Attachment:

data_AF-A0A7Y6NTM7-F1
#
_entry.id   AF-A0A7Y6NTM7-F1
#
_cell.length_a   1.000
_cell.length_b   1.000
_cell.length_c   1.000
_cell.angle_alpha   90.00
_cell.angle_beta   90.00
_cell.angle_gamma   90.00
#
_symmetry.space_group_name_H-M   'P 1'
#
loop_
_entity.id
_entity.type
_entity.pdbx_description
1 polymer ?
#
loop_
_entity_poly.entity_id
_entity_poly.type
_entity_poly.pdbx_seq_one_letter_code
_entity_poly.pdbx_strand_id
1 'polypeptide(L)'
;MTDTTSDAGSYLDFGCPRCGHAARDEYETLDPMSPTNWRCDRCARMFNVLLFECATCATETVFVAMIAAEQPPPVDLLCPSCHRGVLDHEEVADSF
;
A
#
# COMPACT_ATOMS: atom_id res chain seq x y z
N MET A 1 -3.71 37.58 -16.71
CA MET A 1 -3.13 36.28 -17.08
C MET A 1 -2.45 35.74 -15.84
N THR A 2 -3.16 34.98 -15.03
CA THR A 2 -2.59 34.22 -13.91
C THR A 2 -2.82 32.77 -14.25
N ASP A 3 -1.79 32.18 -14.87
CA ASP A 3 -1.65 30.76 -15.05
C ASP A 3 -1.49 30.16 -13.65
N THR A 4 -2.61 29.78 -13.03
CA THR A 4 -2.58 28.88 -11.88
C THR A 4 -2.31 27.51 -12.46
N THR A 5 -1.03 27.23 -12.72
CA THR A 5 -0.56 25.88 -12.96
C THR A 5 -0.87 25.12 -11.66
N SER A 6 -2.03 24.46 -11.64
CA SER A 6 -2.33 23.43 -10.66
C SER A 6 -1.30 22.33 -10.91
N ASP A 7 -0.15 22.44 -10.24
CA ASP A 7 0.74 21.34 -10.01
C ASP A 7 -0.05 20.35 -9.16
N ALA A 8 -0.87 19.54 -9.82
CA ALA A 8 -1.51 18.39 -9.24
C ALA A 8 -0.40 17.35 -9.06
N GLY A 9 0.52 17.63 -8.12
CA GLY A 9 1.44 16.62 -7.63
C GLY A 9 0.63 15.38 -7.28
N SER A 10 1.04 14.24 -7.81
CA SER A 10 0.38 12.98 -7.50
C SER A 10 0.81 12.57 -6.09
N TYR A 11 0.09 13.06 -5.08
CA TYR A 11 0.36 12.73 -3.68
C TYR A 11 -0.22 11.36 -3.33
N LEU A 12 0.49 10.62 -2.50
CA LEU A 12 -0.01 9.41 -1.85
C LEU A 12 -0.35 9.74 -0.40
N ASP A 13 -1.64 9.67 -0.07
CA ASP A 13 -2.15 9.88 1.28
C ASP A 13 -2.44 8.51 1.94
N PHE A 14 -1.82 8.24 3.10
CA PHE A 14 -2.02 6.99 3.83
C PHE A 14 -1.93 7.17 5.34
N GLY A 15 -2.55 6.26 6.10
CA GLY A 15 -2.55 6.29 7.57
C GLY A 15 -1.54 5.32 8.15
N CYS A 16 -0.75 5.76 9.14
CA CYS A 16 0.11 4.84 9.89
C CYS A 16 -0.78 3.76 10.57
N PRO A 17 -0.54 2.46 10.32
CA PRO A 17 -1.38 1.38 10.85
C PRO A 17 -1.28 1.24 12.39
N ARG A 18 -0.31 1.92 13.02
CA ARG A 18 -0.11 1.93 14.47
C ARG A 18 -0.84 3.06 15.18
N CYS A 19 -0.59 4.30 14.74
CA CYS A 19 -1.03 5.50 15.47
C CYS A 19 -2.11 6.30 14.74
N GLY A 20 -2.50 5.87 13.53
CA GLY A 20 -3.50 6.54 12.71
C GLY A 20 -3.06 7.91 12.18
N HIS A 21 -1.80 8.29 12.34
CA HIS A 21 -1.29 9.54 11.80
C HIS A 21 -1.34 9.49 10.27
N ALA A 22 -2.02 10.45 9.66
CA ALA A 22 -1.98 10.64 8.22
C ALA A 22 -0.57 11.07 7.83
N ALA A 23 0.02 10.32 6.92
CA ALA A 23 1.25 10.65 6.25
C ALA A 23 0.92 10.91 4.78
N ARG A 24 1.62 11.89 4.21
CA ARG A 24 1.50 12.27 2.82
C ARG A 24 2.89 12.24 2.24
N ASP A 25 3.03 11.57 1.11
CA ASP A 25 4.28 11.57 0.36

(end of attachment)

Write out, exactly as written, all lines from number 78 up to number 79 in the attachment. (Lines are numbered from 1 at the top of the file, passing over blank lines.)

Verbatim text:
C CYS A 16 -0.78 3.76 10.57
N PRO A 17 -0.54 2.46 10.32